Linus Karp

Anthropomorphised animals on stage are usually used in pantomime settings and are very rarely used to discuss serious or complex subject matters. It is also not the first time that animals have been of such keen interest for Awkward Productions in discussing hefty, abstract themes such as falling in love. Cats, in particular, seem to have an allure that humans just can’t get enough of. It would be an easy assumption by future historians that the internet was conceptualised as a cyber-shrine to our feline overlords. Linus believes that the use of animal characters allows us a way to uncover the ridiculous truths of our behaviour. “We’re so used to the world we have, so often you need another perspective just to actually realise what we’re seeing. I think Awkward Conversations does that quite well because it’s all about relationships basically. But, because it’s about a guy having it with an animal, you’re removed form it and can look at it from the outside a bit more and that way you can be like, ‘Oh it is actually ridiculous the way we act around our first love, or the way we deal with hookups or whatever the thing is… Cats are an independent animal, and there are also so many variations of them. One thing that I think is funny is that how cats and cat-like animals are sexualised and you call people a ‘puma’ and ‘cougar’ or ‘tiger’…It all has these sexual connotations which is quite weird and funny. ‘Cats’, the musical and the film as well, they are weirdly sexual in quite a fun way !” He chuckles, perhaps at the absurd but hilarious way in which we have catalogued animal behaviour. “But, the musical became a family musical.” Linus explains that this is down to the use of animals protagonists creating a distance, and opportunity for objectivity. “Because, it’s cats whereas actually had it been humans behaving like that, grinding on each other, thrusting on stage, it would not have been a show suitable for kids. But, just because they’re dressed up vaguely as cats that becomes acceptable.”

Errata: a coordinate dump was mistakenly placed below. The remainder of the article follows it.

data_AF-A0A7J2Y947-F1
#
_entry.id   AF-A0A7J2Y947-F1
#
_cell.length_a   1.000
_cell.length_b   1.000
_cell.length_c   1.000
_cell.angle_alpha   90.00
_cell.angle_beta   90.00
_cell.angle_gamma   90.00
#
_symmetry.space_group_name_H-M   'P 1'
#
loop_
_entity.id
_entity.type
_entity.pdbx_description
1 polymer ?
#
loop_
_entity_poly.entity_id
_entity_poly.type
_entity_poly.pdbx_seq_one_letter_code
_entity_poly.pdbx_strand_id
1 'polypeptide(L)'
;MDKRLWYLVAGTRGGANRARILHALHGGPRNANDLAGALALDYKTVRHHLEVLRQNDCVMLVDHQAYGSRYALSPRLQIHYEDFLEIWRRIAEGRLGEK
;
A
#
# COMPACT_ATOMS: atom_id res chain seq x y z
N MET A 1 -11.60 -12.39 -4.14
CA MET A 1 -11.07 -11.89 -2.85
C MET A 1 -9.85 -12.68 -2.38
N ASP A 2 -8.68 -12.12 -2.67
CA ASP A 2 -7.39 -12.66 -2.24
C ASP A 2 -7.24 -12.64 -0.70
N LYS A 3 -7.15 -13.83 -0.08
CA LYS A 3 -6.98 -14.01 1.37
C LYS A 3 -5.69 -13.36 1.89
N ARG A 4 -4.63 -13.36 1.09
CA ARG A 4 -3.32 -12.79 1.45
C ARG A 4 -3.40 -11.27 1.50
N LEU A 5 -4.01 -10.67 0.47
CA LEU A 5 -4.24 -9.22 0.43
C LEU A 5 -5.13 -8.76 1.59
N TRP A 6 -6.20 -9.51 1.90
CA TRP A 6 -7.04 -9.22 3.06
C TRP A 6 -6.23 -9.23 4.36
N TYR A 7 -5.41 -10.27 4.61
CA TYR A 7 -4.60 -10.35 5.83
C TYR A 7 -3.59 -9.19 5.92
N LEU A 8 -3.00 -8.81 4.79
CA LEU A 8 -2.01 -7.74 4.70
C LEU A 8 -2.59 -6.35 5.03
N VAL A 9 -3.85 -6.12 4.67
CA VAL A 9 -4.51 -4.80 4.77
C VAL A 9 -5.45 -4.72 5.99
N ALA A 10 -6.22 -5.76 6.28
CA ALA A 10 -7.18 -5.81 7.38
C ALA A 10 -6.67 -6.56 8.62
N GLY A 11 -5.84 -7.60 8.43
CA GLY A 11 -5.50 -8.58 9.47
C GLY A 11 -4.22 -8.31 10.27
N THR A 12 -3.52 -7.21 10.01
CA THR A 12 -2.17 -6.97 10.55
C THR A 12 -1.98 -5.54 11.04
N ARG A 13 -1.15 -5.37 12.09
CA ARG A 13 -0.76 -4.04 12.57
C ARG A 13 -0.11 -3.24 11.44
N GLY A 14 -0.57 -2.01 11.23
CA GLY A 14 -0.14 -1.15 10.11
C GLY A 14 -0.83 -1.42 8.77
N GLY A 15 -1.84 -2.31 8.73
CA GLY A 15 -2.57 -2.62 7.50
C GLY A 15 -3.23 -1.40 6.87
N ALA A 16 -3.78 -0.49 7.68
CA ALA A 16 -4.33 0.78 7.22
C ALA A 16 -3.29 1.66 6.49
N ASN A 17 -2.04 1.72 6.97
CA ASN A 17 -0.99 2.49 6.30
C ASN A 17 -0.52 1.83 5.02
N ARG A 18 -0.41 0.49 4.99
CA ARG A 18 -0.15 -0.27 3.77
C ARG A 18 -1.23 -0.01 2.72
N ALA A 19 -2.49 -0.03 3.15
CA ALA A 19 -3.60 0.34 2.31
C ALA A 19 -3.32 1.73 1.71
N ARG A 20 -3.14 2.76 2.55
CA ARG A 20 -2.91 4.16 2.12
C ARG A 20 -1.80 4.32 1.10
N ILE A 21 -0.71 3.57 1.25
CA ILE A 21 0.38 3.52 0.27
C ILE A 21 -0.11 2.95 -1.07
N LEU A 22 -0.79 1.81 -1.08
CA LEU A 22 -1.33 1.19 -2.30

Other than the brazen content of the titles to his shows, they are also noticeably very long. “I do actually love a long title, I think it’s quite funny. I find that a one or two word title can be – for me – quite hard to sell the show. Whereas I think both of these titles really explain what the show is. I mean having to type it out every time I write an e-mail, then it becomes more annoying, and I’m like ‘Oh I’m not sure if this is right, maybe I should’ve just called it ‘Cat’! I like a funny title and I like when it explains what the show is about as well, so it’s definitely deliberate.”

Linus Karp popping out for the essentials